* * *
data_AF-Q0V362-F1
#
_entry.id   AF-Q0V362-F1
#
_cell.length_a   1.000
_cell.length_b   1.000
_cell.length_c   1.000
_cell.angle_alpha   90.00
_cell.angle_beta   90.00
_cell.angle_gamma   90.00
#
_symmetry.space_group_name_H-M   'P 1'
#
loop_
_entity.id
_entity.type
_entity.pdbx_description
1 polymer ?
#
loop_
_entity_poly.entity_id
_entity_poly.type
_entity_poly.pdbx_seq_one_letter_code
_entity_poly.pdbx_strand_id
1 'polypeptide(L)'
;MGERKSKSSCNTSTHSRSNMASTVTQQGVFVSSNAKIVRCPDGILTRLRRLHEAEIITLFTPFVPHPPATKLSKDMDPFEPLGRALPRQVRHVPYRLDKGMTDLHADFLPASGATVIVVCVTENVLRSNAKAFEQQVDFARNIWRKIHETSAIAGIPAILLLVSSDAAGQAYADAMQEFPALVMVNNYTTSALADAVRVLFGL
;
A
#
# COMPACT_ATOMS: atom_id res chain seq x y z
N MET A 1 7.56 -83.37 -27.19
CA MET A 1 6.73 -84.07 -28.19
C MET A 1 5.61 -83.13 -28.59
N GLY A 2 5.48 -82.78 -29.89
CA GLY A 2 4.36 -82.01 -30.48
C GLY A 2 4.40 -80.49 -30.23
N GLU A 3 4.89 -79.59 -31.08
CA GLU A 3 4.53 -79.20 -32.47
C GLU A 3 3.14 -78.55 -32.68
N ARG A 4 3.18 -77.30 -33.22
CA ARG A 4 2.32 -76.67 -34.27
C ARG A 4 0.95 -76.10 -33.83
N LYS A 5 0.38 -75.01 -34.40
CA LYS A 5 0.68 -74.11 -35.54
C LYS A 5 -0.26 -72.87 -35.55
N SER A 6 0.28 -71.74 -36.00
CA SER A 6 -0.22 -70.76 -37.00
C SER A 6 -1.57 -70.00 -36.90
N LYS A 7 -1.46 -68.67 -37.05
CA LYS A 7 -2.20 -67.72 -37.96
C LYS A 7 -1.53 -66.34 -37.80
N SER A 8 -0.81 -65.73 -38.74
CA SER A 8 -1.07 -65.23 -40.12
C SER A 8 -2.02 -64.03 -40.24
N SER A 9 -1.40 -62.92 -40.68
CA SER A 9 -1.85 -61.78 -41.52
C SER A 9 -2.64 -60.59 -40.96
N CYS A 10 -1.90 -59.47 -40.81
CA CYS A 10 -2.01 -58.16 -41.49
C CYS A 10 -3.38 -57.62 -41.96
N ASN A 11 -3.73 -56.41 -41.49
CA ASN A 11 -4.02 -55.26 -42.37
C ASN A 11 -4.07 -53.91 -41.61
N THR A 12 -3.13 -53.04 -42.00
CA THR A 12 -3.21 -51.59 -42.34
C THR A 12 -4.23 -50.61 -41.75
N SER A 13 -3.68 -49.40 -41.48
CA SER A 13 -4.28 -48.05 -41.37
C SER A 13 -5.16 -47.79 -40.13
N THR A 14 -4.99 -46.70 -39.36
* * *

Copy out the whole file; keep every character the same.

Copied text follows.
data_AF-Q0V362-F1
#
_entry.id   AF-Q0V362-F1
#
_cell.length_a   1.000
_cell.length_b   1.000
_cell.length_c   1.000
_cell.angle_alpha   90.00
_cell.angle_beta   90.00
_cell.angle_gamma   90.00
#
_symmetry.space_group_name_H-M   'P 1'
#
loop_
_entity.id
_entity.type
_entity.pdbx_description
1 polymer ?
#
loop_
_entity_poly.entity_id
_entity_poly.type
_entity_poly.pdbx_seq_one_letter_code
_entity_poly.pdbx_strand_id
1 'polypeptide(L)'
;MGERKSKSSCNTSTHSRSNMASTVTQQGVFVSSNAKIVRCPDGILTRLRRLHEAEIITLFTPFVPHPPATKLSKDMDPFEPLGRALPRQVRHVPYRLDKGMTDLHADFLPASGATVIVVCVTENVLRSNAKAFEQQVDFARNIWRKIHETSAIAGIPAILLLVSSDAAGQAYADAMQEFPALVMVNNYTTSALADAVRVLFGL
;
A
#
# COMPACT_ATOMS: atom_id res chain seq x y z
N MET A 1 7.56 -83.37 -27.19
CA MET A 1 6.73 -84.07 -28.19
C MET A 1 5.61 -83.13 -28.59
N GLY A 2 5.48 -82.78 -29.89
CA GLY A 2 4.36 -82.01 -30.48
C GLY A 2 4.40 -80.49 -30.23
N GLU A 3 4.89 -79.59 -31.08
CA GLU A 3 4.53 -79.20 -32.47
C GLU A 3 3.14 -78.55 -32.68
N ARG A 4 3.18 -77.30 -33.22
CA ARG A 4 2.32 -76.67 -34.27
C ARG A 4 0.95 -76.10 -33.83
N LYS A 5 0.38 -75.01 -34.40
CA LYS A 5 0.68 -74.11 -35.54
C LYS A 5 -0.26 -72.87 -35.55
N SER A 6 0.28 -71.74 -36.00
CA SER A 6 -0.22 -70.76 -37.00
C SER A 6 -1.57 -70.00 -36.90
N LYS A 7 -1.46 -68.67 -37.05
CA LYS A 7 -2.20 -67.72 -37.96
C LYS A 7 -1.53 -66.34 -37.80
N SER A 8 -0.81 -65.73 -38.74
CA SER A 8 -1.07 -65.23 -40.12
C SER A 8 -2.02 -64.03 -40.24
N SER A 9 -1.40 -62.92 -40.68
CA SER A 9 -1.85 -61.78 -41.52
C SER A 9 -2.64 -60.59 -40.96
N CYS A 10 -1.90 -59.47 -40.81
CA CYS A 10 -2.01 -58.16 -41.49
C CYS A 10 -3.38 -57.62 -41.96
N ASN A 11 -3.73 -56.41 -41.49
CA ASN A 11 -4.02 -55.26 -42.37
C ASN A 11 -4.07 -53.91 -41.61
N THR A 12 -3.13 -53.04 -42.00
CA THR A 12 -3.21 -51.59 -42.34
C THR A 12 -4.23 -50.61 -41.75
N SER A 13 -3.68 -49.40 -41.48
CA SER A 13 -4.28 -48.05 -41.37
C SER A 13 -5.16 -47.79 -40.13
N THR A 14 -4.99 -46.70 -39.36